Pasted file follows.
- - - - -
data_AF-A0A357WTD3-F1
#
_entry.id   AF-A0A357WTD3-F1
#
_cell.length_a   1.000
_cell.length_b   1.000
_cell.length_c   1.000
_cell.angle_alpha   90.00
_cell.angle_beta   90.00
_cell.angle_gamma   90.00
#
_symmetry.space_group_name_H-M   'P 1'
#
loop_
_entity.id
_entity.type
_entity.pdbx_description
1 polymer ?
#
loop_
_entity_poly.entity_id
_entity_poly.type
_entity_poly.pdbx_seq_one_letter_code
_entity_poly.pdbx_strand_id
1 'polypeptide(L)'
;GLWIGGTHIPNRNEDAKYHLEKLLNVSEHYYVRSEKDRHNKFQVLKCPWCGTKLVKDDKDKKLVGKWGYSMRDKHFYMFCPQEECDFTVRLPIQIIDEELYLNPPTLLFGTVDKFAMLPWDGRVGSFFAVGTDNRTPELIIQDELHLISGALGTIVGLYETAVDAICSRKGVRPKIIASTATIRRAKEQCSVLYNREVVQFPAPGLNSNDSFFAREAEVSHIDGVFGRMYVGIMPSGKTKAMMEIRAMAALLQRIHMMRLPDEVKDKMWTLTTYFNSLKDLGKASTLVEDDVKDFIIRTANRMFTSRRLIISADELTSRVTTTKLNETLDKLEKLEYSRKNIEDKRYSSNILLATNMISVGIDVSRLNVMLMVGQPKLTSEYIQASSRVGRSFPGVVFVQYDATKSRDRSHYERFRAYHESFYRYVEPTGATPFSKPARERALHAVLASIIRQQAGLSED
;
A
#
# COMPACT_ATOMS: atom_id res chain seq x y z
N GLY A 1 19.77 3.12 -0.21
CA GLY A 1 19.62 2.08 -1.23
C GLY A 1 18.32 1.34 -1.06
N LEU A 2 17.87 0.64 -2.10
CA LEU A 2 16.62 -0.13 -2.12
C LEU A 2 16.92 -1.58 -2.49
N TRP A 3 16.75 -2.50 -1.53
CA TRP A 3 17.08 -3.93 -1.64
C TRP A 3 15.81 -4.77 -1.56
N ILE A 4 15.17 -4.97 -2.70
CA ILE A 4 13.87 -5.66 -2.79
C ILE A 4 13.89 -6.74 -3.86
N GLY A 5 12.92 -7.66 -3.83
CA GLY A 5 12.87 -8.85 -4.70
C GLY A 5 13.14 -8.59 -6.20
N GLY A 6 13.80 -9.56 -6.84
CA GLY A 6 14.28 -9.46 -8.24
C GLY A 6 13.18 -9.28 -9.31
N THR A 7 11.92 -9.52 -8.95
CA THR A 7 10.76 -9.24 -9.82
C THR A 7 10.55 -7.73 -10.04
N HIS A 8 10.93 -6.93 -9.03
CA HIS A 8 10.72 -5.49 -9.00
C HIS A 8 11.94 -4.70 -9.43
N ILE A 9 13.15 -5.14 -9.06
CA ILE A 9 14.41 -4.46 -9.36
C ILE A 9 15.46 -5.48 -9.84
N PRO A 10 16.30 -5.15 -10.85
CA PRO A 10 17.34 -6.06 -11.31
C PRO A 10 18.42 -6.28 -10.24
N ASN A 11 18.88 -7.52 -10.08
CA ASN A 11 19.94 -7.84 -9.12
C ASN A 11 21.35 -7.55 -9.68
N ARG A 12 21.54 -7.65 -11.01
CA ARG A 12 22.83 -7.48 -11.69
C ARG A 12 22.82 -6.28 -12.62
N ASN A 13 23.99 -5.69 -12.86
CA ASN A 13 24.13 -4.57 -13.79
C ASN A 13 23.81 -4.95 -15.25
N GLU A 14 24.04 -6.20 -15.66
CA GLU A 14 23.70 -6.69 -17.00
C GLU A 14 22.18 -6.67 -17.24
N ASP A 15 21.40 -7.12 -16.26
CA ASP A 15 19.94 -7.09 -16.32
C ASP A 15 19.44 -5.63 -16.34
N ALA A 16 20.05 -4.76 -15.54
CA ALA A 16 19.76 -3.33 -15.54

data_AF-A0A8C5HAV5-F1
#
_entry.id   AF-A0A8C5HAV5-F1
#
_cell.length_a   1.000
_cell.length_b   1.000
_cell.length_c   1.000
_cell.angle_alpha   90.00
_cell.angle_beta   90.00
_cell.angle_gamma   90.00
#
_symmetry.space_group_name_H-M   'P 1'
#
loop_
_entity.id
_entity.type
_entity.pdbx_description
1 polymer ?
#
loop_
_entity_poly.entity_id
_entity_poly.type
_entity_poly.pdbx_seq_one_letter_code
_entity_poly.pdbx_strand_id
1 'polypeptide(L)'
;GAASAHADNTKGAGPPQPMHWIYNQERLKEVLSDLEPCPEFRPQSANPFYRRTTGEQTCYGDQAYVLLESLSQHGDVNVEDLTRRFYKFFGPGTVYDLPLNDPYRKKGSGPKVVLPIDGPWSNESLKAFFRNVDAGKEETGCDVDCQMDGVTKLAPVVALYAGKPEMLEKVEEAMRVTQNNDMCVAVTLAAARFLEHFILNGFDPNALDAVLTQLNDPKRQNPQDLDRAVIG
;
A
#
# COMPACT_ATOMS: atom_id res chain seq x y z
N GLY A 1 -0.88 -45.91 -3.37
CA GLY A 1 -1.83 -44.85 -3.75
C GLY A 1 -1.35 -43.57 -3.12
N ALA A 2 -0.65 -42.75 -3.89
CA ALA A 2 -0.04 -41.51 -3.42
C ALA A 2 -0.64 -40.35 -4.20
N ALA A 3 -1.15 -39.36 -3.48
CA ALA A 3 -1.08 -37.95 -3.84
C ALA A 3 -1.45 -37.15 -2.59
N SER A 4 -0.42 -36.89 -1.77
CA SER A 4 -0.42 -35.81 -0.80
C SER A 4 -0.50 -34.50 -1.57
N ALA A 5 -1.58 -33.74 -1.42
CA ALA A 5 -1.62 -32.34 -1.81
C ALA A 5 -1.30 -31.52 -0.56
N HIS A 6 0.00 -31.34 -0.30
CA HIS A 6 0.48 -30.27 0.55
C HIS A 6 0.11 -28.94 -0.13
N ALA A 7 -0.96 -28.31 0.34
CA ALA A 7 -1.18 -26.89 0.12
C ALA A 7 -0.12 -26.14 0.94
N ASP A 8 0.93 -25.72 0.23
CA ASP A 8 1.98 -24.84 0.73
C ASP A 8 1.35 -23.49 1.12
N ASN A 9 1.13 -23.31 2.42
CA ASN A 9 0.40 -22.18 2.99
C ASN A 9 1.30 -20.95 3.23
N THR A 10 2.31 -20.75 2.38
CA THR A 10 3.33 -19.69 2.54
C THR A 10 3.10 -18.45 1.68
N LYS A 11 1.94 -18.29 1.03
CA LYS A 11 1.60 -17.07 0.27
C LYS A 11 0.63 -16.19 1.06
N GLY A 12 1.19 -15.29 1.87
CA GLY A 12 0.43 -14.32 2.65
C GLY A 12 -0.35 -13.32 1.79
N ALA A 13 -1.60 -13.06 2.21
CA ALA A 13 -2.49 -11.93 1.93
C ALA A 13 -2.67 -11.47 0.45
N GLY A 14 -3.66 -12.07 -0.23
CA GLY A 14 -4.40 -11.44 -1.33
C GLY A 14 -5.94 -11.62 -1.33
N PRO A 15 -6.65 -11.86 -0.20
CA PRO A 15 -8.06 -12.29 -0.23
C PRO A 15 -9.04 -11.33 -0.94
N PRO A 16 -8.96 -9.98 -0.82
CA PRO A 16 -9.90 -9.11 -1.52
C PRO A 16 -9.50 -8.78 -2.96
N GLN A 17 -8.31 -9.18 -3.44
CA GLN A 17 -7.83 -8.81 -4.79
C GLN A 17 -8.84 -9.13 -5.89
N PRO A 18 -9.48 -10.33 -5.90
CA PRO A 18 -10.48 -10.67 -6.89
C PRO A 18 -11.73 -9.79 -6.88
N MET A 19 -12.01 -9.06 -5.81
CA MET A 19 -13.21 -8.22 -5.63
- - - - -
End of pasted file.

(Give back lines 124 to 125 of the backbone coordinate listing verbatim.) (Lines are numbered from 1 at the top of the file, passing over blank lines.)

CA HIS A 6 0.48 -30.27 0.55
C HIS A 6 0.11 -28.94 -0.13